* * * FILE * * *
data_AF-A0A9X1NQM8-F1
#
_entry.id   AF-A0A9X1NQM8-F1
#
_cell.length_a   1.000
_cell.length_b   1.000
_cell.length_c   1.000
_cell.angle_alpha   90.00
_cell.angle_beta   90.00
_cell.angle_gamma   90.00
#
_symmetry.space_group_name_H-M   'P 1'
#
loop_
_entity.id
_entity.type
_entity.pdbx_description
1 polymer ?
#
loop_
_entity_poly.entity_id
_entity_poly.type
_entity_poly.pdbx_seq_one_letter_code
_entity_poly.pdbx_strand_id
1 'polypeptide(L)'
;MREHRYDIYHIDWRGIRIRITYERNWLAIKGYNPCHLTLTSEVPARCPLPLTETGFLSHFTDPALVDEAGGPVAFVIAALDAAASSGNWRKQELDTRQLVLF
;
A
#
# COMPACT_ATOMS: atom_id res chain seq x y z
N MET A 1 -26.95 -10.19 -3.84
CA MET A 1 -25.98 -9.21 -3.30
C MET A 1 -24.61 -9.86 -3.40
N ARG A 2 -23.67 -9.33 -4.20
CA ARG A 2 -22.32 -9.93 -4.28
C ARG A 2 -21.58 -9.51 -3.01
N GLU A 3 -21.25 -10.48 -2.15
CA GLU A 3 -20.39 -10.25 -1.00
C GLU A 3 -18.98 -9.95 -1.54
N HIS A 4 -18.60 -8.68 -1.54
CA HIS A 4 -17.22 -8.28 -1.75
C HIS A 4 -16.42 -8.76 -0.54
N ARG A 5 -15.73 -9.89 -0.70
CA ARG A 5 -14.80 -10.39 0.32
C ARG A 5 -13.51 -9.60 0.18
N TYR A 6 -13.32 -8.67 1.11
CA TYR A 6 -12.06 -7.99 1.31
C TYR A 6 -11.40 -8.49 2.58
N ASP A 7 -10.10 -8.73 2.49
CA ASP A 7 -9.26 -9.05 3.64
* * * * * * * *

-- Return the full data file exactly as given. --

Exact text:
data_AF-A0A9X1NQM8-F1
#
_entry.id   AF-A0A9X1NQM8-F1
#
_cell.length_a   1.000
_cell.length_b   1.000
_cell.length_c   1.000
_cell.angle_alpha   90.00
_cell.angle_beta   90.00
_cell.angle_gamma   90.00
#
_symmetry.space_group_name_H-M   'P 1'
#
loop_
_entity.id
_entity.type
_entity.pdbx_description
1 polymer ?
#
loop_
_entity_poly.entity_id
_entity_poly.type
_entity_poly.pdbx_seq_one_letter_code
_entity_poly.pdbx_strand_id
1 'polypeptide(L)'
;MREHRYDIYHIDWRGIRIRITYERNWLAIKGYNPCHLTLTSEVPARCPLPLTETGFLSHFTDPALVDEAGGPVAFVIAALDAAASSGNWRKQELDTRQLVLF
;
A
#
# COMPACT_ATOMS: atom_id res chain seq x y z
N MET A 1 -26.95 -10.19 -3.84
CA MET A 1 -25.98 -9.21 -3.30
C MET A 1 -24.61 -9.86 -3.40
N ARG A 2 -23.67 -9.33 -4.20
CA ARG A 2 -22.32 -9.93 -4.28
C ARG A 2 -21.58 -9.51 -3.01
N GLU A 3 -21.25 -10.48 -2.15
CA GLU A 3 -20.39 -10.25 -1.00
C GLU A 3 -18.98 -9.95 -1.54
N HIS A 4 -18.60 -8.68 -1.54
CA HIS A 4 -17.22 -8.28 -1.75
C HIS A 4 -16.42 -8.76 -0.54
N ARG A 5 -15.73 -9.89 -0.70
CA ARG A 5 -14.80 -10.39 0.32
C ARG A 5 -13.51 -9.60 0.18
N TYR A 6 -13.32 -8.67 1.11
CA TYR A 6 -12.06 -7.99 1.31
C TYR A 6 -11.40 -8.49 2.58
N ASP A 7 -10.10 -8.73 2.49
CA ASP A 7 -9.26 -9.05 3.64